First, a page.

There is no reliable substitution for meeting someone in person and exchanging a private key which contains message and identity authentication bits ( I would use 128 bits for each, 256 if you are paranoid and/or smoke weed), in a OTP system or a stream cipher with a known cryptographically secure psuedorandom generator.
Jul
8
comment Are stream ciphers no longer considered by NIST?
Why the Alternating Step Generator is not used more is beyond me, there has been no public cryptanalysis(break) of this generator since it was published in 1987,26 years ago, that is long time to stand up to public scrutiny. It may be un-crackable as long as the key length is large enough, it is an amazingly simple algorithm.
Jun
20
comment Proofs of security methodologies
There are no cryptographic primitives that have proof of security unless you can show that P is not equal to NP. Just showing a reduction from some cryptographic primitive to a known hard problem in NP does not mean that the primitive is secure, you also have to prove that the problem in NP is computationally intractable. That means separating P from NP. This is well known in theoretical computer science.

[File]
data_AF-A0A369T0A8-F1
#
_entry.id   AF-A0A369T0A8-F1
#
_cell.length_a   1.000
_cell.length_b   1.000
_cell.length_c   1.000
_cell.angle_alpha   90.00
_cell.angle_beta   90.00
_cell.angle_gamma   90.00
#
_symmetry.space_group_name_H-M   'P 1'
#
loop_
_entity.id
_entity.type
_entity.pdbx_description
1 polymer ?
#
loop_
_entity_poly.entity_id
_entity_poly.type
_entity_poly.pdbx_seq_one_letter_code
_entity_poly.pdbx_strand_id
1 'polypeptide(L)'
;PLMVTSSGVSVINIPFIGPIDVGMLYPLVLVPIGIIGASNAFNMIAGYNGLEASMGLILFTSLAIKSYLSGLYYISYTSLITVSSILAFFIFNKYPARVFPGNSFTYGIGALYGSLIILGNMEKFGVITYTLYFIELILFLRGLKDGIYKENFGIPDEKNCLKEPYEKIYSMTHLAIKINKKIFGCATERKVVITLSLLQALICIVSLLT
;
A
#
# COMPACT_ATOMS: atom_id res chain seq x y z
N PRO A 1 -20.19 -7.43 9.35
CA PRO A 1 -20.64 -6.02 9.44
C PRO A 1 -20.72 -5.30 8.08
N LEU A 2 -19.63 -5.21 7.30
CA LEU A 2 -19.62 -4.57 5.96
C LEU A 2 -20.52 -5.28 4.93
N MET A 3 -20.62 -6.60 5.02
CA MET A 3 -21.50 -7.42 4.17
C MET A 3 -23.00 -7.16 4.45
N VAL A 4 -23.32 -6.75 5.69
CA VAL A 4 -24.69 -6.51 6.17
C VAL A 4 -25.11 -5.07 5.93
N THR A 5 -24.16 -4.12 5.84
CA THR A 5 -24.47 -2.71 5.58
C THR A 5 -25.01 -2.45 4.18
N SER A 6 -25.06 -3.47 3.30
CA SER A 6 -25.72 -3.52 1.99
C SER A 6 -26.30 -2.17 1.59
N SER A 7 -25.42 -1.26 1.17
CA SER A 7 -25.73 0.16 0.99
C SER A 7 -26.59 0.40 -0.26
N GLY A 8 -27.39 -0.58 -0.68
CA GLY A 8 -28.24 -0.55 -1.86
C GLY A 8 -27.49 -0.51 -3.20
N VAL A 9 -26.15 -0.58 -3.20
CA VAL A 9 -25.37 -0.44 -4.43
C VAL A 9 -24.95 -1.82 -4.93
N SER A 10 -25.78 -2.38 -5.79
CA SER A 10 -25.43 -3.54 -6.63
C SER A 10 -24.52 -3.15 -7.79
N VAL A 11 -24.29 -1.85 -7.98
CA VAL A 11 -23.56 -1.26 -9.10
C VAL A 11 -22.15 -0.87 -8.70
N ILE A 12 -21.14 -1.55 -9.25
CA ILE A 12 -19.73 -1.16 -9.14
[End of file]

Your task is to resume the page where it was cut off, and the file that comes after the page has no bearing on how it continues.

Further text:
Jun
15
comment Will D-Wave's quantum computers ruin classical encryption?
See Scott Aaronson's blog to see the latest info on D-Wave. Apparently D-Wave has NOT demonstrated any real quantum computing yet.
Jun
11
comment Acceptable assumptions when proving security
@WatsonLadd: Yes you can reduce the algorithm to a known hard problem but that is not proving that either is hard, to PROVE hardness ( and therefore proving security) is to prove that P is not equal to NP.
Jun
10
comment Acceptable assumptions when proving security
@WatsonLadd: There is no such thing as provable security : proving some communication system is unconditionally secure means separating the complexity classes P and NP, one of the Clay Mathematics Institute Millenium challenges.
Jun
3
comment Are there any hand ciphers not obsoleted by computer cryptanalysis?
@Luke Sheppard: Just curious , what would be your motivation for wanting a hand-generated cipher in the first place? The only scenario I can think of would be in prisons, where gangs usually communicate to their fellow gang-bangers by some kind of handwritten code.